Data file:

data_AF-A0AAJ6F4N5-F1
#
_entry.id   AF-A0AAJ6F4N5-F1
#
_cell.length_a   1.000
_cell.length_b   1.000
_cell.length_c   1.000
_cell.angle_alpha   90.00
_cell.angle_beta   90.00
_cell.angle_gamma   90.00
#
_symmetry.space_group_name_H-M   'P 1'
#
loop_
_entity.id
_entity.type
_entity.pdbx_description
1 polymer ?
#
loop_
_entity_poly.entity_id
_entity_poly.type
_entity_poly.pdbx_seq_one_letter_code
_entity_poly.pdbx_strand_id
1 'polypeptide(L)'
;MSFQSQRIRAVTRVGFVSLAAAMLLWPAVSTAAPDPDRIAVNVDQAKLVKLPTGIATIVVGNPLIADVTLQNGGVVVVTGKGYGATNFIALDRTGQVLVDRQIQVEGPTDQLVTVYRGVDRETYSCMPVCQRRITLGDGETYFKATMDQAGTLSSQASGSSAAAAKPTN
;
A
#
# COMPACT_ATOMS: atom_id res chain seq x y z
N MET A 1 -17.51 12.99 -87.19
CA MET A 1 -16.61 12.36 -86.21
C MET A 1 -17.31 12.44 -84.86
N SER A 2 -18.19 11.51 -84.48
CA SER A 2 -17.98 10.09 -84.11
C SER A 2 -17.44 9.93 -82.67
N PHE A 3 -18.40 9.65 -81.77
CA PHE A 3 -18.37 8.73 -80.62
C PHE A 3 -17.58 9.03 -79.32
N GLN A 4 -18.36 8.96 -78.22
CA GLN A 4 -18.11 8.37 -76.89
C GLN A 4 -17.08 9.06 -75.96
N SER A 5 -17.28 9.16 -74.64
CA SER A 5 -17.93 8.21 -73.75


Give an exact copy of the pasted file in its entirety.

data_AF-A0AAJ6F4N5-F1
#
_entry.id   AF-A0AAJ6F4N5-F1
#
_cell.length_a   1.000
_cell.length_b   1.000
_cell.length_c   1.000
_cell.angle_alpha   90.00
_cell.angle_beta   90.00
_cell.angle_gamma   90.00
#
_symmetry.space_group_name_H-M   'P 1'
#
loop_
_entity.id
_entity.type
_entity.pdbx_description
1 polymer ?
#
loop_
_entity_poly.entity_id
_entity_poly.type
_entity_poly.pdbx_seq_one_letter_code
_entity_poly.pdbx_strand_id
1 'polypeptide(L)'
;MSFQSQRIRAVTRVGFVSLAAAMLLWPAVSTAAPDPDRIAVNVDQAKLVKLPTGIATIVVGNPLIADVTLQNGGVVVVTGKGYGATNFIALDRTGQVLVDRQIQVEGPTDQLVTVYRGVDRETYSCMPVCQRRITLGDGETYFKATMDQAGTLSSQASGSSAAAAKPTN
;
A
#
# COMPACT_ATOMS: atom_id res chain seq x y z
N MET A 1 -17.51 12.99 -87.19
CA MET A 1 -16.61 12.36 -86.21
C MET A 1 -17.31 12.44 -84.86
N SER A 2 -18.19 11.51 -84.48
CA SER A 2 -17.98 10.09 -84.11
C SER A 2 -17.44 9.93 -82.67
N PHE A 3 -18.40 9.65 -81.77
CA PHE A 3 -18.37 8.73 -80.62
C PHE A 3 -17.58 9.03 -79.32
N GLN A 4 -18.36 8.96 -78.22
CA GLN A 4 -18.11 8.37 -76.89
C GLN A 4 -17.08 9.06 -75.96
N SER A 5 -17.28 9.16 -74.64
CA SER A 5 -17.93 8.21 -73.75